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4-3 vote for police contract

A four-year contract for the Williamsport Bureau of Police Lodge 29 union narrowly passed Thursday in a 4-3 vote by City Council.

The main discussion point was the unionized police officers’ contract including raises of 1 percent next year, 2 percent the following year, 2 percent the year after and 3 percent in the final year. Concessions were made to employee contribution on health insurance, Damon R. Hagan, city police chief said. A copy of the contract was requested by the Sun-Gazette and was not provided as of press time.

Hagan said the city administration proposal was no increase next year. The union countered with a 1 percent increase next year.

Voting for the contract were Council President Randall J. Allison, Liz Miele, David Banks and Jon Mackey. Voting against it were Adam Yoder, Vincent Pulizzi and Bonnie Katz.

Yoder said the salaries are not equitable to other public safety personnel and the passage would have “ripple effects” next year and through the contract life.

Katz credited the department for concessions to health insurance but said council’s job was to “protect city taxpayers.”

“It boils down to the dollar,” Katz said on a night when she and council approved a half-mill tax increase 2021 budget with an eye toward reopening it in January to lower costs.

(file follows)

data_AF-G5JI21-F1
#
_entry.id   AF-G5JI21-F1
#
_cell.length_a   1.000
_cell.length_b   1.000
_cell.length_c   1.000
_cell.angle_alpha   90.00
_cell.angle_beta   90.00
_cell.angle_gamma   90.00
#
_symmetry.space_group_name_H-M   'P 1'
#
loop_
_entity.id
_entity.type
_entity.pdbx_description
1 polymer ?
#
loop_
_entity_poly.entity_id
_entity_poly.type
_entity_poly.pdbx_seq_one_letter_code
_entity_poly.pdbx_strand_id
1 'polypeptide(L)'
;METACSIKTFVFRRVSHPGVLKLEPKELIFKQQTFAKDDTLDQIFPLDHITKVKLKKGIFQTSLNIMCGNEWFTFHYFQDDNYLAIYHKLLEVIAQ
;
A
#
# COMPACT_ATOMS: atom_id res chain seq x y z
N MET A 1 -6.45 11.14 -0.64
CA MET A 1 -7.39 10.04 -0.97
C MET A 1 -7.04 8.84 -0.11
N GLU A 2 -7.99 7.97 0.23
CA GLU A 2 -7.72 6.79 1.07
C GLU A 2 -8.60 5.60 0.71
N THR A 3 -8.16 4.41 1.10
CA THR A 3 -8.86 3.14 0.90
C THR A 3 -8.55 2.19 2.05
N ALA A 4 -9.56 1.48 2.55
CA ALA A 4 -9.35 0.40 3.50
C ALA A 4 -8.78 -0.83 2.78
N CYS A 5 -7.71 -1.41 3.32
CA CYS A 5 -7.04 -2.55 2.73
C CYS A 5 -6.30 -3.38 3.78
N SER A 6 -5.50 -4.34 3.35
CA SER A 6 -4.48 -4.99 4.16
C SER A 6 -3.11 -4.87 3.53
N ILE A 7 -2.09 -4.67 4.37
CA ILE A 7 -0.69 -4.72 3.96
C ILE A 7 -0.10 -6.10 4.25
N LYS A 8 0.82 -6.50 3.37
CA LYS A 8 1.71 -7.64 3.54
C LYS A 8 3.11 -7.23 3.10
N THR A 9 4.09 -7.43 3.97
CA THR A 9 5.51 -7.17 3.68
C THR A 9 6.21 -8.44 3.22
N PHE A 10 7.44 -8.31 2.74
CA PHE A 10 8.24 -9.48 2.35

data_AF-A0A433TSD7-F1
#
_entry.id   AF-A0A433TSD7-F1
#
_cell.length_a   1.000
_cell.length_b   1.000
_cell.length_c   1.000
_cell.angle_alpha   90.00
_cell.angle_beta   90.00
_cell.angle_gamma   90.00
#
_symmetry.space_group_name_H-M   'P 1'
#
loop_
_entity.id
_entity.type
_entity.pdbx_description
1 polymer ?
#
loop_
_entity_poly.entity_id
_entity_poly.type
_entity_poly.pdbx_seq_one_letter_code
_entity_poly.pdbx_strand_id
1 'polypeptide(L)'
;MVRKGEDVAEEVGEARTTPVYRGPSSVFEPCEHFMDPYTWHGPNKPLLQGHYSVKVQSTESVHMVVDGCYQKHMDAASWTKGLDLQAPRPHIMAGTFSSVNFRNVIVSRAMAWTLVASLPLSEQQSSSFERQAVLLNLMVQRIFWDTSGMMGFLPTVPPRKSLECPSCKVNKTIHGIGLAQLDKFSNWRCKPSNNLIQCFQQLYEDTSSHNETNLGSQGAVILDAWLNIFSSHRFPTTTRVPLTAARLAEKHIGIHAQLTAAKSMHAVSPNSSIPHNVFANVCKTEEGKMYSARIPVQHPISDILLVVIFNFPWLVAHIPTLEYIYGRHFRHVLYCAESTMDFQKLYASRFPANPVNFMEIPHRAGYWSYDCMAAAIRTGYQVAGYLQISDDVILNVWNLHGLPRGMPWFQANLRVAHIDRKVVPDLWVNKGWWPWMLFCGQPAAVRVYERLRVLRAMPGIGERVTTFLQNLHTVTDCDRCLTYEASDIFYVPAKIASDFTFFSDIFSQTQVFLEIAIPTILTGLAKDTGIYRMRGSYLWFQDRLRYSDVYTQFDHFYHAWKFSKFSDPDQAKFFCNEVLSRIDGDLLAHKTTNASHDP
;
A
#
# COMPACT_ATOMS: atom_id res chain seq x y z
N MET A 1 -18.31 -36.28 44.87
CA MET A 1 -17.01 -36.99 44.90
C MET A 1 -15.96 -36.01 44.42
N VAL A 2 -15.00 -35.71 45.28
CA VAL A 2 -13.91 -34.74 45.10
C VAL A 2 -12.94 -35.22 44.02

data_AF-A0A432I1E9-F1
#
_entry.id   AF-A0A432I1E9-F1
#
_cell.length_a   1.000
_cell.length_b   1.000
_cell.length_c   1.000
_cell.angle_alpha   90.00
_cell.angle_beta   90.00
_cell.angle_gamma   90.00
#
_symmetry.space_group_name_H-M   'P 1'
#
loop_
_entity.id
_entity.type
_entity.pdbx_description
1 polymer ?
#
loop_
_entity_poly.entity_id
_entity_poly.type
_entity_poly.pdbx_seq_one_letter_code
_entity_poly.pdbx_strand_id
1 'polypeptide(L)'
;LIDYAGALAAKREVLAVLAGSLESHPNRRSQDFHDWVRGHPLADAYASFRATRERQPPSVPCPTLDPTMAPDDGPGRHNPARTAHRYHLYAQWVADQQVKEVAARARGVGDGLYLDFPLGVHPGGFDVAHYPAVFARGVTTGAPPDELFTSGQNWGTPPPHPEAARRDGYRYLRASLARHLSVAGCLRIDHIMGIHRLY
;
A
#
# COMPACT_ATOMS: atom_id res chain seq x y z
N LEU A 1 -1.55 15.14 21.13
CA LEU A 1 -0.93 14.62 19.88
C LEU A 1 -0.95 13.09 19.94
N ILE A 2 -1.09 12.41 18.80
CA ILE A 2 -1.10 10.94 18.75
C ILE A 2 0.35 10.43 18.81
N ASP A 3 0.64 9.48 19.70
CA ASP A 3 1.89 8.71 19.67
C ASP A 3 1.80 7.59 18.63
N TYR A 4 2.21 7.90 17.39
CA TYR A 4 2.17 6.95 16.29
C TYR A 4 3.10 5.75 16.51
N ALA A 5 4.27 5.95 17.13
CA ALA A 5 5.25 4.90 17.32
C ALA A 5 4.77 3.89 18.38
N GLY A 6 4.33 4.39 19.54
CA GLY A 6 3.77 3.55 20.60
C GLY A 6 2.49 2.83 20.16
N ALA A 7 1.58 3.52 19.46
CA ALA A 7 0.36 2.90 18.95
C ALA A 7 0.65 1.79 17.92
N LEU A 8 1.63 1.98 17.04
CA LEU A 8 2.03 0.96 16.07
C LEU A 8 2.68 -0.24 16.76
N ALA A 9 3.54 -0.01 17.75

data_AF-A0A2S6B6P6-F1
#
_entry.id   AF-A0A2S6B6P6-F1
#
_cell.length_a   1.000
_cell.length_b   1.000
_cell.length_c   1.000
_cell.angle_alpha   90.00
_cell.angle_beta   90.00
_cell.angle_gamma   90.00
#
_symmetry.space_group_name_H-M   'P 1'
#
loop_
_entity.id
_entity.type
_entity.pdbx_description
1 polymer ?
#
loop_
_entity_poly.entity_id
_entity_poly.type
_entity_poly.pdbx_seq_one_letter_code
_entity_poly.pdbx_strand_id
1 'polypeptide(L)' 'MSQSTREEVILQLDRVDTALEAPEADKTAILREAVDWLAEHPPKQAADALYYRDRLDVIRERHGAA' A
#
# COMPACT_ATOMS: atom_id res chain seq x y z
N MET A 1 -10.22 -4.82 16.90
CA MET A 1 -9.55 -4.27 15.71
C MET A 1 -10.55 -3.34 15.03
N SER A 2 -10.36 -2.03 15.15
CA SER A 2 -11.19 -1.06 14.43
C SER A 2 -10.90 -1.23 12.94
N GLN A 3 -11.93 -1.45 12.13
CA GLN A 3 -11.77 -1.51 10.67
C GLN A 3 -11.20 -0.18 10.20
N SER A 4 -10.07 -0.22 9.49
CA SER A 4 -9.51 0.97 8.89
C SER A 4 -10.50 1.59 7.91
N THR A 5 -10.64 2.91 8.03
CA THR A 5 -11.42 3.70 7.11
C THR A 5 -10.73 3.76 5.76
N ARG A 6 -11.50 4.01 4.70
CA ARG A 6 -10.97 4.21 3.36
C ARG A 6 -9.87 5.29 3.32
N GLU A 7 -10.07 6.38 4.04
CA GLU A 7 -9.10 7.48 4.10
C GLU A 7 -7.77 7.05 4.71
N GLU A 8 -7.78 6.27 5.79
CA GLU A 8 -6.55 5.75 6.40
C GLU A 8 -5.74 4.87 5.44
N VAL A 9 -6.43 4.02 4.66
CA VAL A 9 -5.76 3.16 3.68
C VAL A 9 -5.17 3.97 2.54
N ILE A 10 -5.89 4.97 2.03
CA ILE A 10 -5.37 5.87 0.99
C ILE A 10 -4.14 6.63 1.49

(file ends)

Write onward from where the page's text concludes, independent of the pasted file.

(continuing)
Pulizzi said it was a year when the COVID-19 pandemic effected people financially. He said while he supported the police officers he could foresee a year ahead with future taxpayer burdens that council will need to address.

Banks said not passing the contract that was agreed to by the sides would potentially end up in the city being in arbitration. That would be more costly and worse on finances potentially than the contract cost, he said.

Allison also said a grievance and arbitration would result in the city standing to lose because of the union concessions.

The “risk of arbitration” is too great, he said.

Hagan said the department was prepared to work with 47 officers, with the expected retirement of Assistant Chief Mark Sechrist on Jan. 4.

Miele said the public safety unions and transit union have been doing what they can to reach concessions and lower taxpayer burden, but that more could be done as officials worked together through the upcoming year.

The council voted unanimously to hire Brandon Wheeler, 23, formerly of Mill Hall, as the next police officer, who will be hitting the streets as of Jan. 4, Hagan said.

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